Economists forecast that the central bank will completely remove the interest rate cap on dong deposits soon as the banking system escapes liquidity problems in the third quarter.
The central bank has allowed commercial banks to negotiate interest rates with their clients for long-term deposits of more than 12 months since June 11.
Professor Le Tham Duong of the Ho Chi Minh City Banking University said this policy signals a complete removal of all limits on deposit rates, even though banks are still subject to a short-term deposit cap of 9 percent.
If the State Bank of Vietnam is able to deal with all remaining weak lenders this month as planned, it is feasible to eliminate the ceiling without prompting a race among banks to compete for deposits, Duong said.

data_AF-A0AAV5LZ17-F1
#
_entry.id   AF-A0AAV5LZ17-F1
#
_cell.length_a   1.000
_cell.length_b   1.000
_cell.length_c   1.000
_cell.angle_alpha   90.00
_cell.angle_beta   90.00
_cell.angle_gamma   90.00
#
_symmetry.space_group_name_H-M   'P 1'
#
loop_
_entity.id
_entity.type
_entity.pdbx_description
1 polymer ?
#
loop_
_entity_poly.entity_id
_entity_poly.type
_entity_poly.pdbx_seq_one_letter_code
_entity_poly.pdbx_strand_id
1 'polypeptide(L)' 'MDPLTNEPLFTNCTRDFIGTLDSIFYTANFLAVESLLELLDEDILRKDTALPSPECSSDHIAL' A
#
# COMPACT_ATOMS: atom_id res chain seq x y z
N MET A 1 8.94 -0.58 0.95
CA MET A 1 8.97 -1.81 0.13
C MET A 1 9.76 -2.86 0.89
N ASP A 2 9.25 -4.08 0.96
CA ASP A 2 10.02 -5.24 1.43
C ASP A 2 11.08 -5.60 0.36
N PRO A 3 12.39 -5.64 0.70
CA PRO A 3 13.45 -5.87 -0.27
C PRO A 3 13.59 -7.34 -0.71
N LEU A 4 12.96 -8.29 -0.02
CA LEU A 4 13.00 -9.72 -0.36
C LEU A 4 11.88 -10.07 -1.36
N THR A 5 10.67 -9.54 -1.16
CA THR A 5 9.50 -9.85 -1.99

Vo Tri Thanh, deputy head of the Central Institute for Economic Management, a government think-tank, said the central bank can get rid of rate caps once liquidity of the banking system has improved and the interbank market stabilizes.
"These issues are likely to be solved in the third quarter and if the economy has become stable by then, it is no longer necessary for the central bank to maintain the deposit rate limit," he said.
However, economist Nguyen Van Thuan said that without a rate cap, there might be some chaos in the banking system if certain banks are still weak and need to raise funds at high rates.
The central bank should tighten surveillance over these weak lenders to prevent them form negatively affecting the system as a whole, he said.
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